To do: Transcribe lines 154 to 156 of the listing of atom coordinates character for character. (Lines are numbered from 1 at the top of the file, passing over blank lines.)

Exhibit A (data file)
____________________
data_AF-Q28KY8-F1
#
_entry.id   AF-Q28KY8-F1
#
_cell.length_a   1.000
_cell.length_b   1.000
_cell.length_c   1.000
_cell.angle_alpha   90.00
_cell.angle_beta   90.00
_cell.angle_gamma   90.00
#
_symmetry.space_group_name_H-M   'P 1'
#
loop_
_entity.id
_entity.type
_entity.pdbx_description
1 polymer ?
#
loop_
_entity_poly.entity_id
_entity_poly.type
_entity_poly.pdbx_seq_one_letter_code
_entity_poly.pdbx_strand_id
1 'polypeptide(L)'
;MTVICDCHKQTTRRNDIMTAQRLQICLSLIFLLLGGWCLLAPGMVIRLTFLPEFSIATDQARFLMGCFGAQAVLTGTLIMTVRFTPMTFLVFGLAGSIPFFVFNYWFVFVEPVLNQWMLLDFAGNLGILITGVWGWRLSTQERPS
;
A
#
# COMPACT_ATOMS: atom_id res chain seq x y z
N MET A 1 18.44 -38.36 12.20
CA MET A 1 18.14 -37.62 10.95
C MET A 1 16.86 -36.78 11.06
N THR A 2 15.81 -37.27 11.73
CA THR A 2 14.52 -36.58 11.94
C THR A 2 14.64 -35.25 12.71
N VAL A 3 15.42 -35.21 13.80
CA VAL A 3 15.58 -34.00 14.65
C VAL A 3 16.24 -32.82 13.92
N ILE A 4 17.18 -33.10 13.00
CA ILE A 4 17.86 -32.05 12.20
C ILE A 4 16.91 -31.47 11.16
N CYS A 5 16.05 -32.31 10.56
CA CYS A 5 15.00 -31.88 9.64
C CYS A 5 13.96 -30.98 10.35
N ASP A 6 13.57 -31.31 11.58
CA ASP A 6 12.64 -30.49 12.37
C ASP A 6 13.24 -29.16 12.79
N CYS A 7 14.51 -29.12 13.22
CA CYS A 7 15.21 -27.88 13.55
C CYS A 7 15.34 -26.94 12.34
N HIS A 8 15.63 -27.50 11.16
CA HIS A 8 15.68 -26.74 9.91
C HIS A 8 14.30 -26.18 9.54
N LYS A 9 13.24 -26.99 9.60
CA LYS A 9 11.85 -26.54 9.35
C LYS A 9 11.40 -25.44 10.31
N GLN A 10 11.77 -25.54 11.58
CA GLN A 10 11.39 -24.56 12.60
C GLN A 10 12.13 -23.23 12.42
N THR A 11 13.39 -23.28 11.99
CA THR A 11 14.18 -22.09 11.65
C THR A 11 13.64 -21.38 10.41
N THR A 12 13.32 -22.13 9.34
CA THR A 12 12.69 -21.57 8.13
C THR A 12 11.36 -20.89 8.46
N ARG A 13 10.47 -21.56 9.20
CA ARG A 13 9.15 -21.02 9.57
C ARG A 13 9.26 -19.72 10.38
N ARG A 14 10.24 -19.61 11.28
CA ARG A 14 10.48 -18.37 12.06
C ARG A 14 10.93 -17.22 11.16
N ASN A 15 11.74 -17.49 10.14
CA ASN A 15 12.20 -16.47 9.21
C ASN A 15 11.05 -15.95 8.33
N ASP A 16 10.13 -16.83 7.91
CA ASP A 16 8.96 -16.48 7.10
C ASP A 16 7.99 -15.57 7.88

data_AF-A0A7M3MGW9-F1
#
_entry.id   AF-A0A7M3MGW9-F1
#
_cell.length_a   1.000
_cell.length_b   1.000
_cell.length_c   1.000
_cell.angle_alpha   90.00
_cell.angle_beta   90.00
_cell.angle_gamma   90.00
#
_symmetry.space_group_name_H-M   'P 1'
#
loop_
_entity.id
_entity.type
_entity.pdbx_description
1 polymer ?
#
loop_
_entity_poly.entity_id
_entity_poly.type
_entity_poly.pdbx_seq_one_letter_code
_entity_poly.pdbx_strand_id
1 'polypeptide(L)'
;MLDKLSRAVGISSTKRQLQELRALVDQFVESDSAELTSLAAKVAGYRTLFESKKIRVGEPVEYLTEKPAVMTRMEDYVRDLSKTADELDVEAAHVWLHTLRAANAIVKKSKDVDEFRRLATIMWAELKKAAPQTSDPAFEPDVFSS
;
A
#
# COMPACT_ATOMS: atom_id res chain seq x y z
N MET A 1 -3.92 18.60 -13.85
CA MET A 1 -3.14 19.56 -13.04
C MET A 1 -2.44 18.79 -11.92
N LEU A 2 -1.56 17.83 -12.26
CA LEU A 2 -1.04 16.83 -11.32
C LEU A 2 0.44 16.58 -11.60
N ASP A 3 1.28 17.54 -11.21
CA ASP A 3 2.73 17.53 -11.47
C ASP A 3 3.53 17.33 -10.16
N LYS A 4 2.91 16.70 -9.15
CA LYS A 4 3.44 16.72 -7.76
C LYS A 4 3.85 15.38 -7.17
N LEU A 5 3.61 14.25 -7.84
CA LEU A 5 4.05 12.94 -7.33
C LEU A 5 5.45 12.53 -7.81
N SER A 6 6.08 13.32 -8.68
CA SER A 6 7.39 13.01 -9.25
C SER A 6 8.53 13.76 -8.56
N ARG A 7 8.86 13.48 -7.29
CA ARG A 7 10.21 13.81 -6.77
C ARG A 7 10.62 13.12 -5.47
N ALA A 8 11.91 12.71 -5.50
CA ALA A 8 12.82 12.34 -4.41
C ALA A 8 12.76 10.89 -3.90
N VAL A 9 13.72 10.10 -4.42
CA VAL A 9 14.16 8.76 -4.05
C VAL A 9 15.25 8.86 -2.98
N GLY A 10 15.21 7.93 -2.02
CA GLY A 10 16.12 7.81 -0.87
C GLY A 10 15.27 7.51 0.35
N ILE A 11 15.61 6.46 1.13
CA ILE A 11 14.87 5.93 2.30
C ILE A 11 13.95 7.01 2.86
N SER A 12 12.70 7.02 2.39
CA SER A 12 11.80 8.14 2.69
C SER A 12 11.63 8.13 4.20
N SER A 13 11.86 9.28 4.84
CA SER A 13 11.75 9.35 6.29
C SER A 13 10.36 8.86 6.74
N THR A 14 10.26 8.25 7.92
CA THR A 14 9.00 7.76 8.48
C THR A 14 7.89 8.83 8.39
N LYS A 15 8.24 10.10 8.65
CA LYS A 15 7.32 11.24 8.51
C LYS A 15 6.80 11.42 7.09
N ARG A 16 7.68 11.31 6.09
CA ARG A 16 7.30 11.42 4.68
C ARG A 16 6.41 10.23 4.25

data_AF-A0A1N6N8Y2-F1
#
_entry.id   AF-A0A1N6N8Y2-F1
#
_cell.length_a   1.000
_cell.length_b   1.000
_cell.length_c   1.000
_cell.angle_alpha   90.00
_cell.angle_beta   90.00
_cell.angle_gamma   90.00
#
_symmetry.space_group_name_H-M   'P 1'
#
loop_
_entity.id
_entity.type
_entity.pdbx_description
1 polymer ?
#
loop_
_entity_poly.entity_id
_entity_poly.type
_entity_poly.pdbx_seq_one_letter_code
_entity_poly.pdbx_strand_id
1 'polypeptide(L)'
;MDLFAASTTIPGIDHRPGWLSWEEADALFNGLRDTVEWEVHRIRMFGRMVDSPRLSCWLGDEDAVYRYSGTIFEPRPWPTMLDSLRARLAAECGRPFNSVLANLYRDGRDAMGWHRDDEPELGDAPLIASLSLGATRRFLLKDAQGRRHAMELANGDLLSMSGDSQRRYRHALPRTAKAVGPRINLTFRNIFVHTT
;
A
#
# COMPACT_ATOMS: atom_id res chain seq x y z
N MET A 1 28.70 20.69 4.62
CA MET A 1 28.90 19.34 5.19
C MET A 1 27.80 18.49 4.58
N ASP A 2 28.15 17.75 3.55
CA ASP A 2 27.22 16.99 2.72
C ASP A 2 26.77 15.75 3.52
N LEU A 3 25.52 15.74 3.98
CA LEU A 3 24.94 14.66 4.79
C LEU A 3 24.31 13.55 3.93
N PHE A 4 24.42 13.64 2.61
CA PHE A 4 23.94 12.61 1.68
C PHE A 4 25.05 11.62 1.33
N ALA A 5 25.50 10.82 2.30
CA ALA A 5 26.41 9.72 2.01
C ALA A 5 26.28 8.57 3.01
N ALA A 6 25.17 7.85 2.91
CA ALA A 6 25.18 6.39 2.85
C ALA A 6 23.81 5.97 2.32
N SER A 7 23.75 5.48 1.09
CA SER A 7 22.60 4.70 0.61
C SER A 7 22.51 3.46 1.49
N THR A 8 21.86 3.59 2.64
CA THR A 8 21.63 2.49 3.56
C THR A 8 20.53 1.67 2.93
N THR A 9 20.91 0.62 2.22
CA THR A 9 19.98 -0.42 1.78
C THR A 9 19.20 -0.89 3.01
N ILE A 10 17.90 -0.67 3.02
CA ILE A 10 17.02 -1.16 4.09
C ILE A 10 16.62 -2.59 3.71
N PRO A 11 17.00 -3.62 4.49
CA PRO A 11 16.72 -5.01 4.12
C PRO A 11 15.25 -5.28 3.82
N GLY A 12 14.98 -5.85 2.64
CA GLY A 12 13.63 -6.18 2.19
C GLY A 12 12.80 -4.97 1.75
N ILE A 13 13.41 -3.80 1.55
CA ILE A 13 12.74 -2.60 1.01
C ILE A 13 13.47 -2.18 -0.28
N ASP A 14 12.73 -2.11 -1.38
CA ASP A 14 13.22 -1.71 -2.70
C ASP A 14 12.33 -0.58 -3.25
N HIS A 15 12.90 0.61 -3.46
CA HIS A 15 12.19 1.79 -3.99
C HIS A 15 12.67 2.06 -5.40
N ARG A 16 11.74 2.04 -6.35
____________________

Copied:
N ARG A 16 7.68 11.31 6.09
CA ARG A 16 7.30 11.42 4.68
C ARG A 16 6.41 10.23 4.25